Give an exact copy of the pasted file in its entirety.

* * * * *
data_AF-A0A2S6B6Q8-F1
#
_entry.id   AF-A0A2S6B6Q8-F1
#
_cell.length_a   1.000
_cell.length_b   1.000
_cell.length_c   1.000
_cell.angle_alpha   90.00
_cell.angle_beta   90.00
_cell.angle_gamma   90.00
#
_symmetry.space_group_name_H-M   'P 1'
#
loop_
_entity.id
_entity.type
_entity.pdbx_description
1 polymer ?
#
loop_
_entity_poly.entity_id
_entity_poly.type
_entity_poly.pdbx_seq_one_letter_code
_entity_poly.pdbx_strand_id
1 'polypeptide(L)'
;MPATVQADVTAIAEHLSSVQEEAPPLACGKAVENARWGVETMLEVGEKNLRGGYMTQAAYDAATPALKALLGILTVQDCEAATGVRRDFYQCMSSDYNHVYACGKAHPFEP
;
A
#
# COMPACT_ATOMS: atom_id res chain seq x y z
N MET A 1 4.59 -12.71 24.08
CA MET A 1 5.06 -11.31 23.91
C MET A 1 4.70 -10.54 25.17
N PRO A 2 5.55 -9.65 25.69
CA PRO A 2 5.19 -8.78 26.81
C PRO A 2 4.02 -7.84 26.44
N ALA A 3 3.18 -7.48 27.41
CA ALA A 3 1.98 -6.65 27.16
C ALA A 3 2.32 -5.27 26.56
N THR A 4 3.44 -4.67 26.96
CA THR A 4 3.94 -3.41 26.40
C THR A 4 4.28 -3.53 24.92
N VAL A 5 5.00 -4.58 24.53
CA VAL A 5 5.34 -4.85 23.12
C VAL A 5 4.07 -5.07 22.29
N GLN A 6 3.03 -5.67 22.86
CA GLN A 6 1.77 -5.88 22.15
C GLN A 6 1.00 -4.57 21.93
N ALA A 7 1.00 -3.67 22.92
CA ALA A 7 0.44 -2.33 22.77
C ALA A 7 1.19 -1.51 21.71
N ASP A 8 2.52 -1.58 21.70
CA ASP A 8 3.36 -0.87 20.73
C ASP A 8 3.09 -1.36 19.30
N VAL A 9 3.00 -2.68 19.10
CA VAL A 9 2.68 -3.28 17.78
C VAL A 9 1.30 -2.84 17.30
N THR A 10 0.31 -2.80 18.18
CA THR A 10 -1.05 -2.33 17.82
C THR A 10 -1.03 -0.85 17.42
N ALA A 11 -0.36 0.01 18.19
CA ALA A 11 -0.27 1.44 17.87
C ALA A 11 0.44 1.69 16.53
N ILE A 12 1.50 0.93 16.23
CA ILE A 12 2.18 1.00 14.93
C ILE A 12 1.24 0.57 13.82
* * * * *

data_AF-A0A2S6B6Q8-F1
#
_entry.id   AF-A0A2S6B6Q8-F1
#
_cell.length_a   1.000
_cell.length_b   1.000
_cell.length_c   1.000
_cell.angle_alpha   90.00
_cell.angle_beta   90.00
_cell.angle_gamma   90.00
#
_symmetry.space_group_name_H-M   'P 1'
#
loop_
_entity.id
_entity.type
_entity.pdbx_description
1 polymer ?
#
loop_
_entity_poly.entity_id
_entity_poly.type
_entity_poly.pdbx_seq_one_letter_code
_entity_poly.pdbx_strand_id
1 'polypeptide(L)'
;MPATVQADVTAIAEHLSSVQEEAPPLACGKAVENARWGVETMLEVGEKNLRGGYMTQAAYDAATPALKALLGILTVQDCEAATGVRRDFYQCMSSDYNHVYACGKAHPFEP
;
A
#
# COMPACT_ATOMS: atom_id res chain seq x y z
N MET A 1 4.59 -12.71 24.08
CA MET A 1 5.06 -11.31 23.91
C MET A 1 4.70 -10.54 25.17
N PRO A 2 5.55 -9.65 25.69
CA PRO A 2 5.19 -8.78 26.81
C PRO A 2 4.02 -7.84 26.44
N ALA A 3 3.18 -7.48 27.41
CA ALA A 3 1.98 -6.65 27.16
C ALA A 3 2.32 -5.27 26.56
N THR A 4 3.44 -4.67 26.96
CA THR A 4 3.94 -3.41 26.40
C THR A 4 4.28 -3.53 24.92
N VAL A 5 5.00 -4.58 24.53
CA VAL A 5 5.34 -4.85 23.12
C VAL A 5 4.07 -5.07 22.29
N GLN A 6 3.03 -5.67 22.86
CA GLN A 6 1.77 -5.88 22.15
C GLN A 6 1.00 -4.57 21.93
N ALA A 7 1.00 -3.67 22.92
CA ALA A 7 0.44 -2.33 22.77
C ALA A 7 1.19 -1.51 21.71
N ASP A 8 2.52 -1.58 21.70
CA ASP A 8 3.36 -0.87 20.73
C ASP A 8 3.09 -1.36 19.30
N VAL A 9 3.00 -2.68 19.10
CA VAL A 9 2.68 -3.28 17.78
C VAL A 9 1.30 -2.84 17.30
N THR A 10 0.31 -2.80 18.18
CA THR A 10 -1.05 -2.33 17.82
C THR A 10 -1.03 -0.85 17.42
N ALA A 11 -0.36 0.01 18.19
CA ALA A 11 -0.27 1.44 17.87
C ALA A 11 0.44 1.69 16.53
N ILE A 12 1.50 0.93 16.23
CA ILE A 12 2.18 1.00 14.93
C ILE A 12 1.24 0.57 13.82